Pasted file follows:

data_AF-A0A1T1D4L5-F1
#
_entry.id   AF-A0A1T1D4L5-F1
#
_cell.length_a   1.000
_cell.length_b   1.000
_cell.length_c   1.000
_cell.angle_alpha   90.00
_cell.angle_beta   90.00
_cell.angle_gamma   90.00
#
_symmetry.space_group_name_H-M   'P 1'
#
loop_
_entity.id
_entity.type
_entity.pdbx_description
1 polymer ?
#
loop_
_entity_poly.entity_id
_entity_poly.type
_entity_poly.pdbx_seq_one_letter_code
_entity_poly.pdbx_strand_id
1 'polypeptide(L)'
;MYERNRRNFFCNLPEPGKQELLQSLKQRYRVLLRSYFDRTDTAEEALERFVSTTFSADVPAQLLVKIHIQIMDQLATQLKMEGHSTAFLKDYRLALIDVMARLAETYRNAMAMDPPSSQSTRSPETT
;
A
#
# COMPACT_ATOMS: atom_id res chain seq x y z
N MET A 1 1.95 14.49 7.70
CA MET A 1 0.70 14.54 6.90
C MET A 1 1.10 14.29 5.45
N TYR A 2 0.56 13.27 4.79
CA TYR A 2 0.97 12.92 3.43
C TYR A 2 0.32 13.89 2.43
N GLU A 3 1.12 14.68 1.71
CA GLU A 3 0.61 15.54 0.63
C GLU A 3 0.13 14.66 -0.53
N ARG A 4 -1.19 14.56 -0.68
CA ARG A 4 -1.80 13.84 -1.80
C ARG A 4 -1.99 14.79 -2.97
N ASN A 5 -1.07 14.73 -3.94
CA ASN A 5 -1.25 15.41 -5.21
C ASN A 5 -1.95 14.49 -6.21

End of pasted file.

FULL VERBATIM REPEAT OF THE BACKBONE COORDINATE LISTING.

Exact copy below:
data_AF-A0A1T1D4L5-F1
#
_entry.id   AF-A0A1T1D4L5-F1
#
_cell.length_a   1.000
_cell.length_b   1.000
_cell.length_c   1.000
_cell.angle_alpha   90.00
_cell.angle_beta   90.00
_cell.angle_gamma   90.00
#
_symmetry.space_group_name_H-M   'P 1'
#
loop_
_entity.id
_entity.type
_entity.pdbx_description
1 polymer ?
#
loop_
_entity_poly.entity_id
_entity_poly.type
_entity_poly.pdbx_seq_one_letter_code
_entity_poly.pdbx_strand_id
1 'polypeptide(L)'
;MYERNRRNFFCNLPEPGKQELLQSLKQRYRVLLRSYFDRTDTAEEALERFVSTTFSADVPAQLLVKIHIQIMDQLATQLKMEGHSTAFLKDYRLALIDVMARLAETYRNAMAMDPPSSQSTRSPETT
;
A
#
# COMPACT_ATOMS: atom_id res chain seq x y z
N MET A 1 1.95 14.49 7.70
CA MET A 1 0.70 14.54 6.90
C MET A 1 1.10 14.29 5.45
N TYR A 2 0.56 13.27 4.79
CA TYR A 2 0.97 12.92 3.43
C TYR A 2 0.32 13.89 2.43
N GLU A 3 1.12 14.68 1.71
CA GLU A 3 0.61 15.54 0.63
C GLU A 3 0.13 14.66 -0.53
N ARG A 4 -1.19 14.56 -0.68
CA ARG A 4 -1.80 13.84 -1.80
C ARG A 4 -1.99 14.79 -2.97
N ASN A 5 -1.07 14.73 -3.94
CA ASN A 5 -1.25 15.41 -5.21
C ASN A 5 -1.95 14.49 -6.21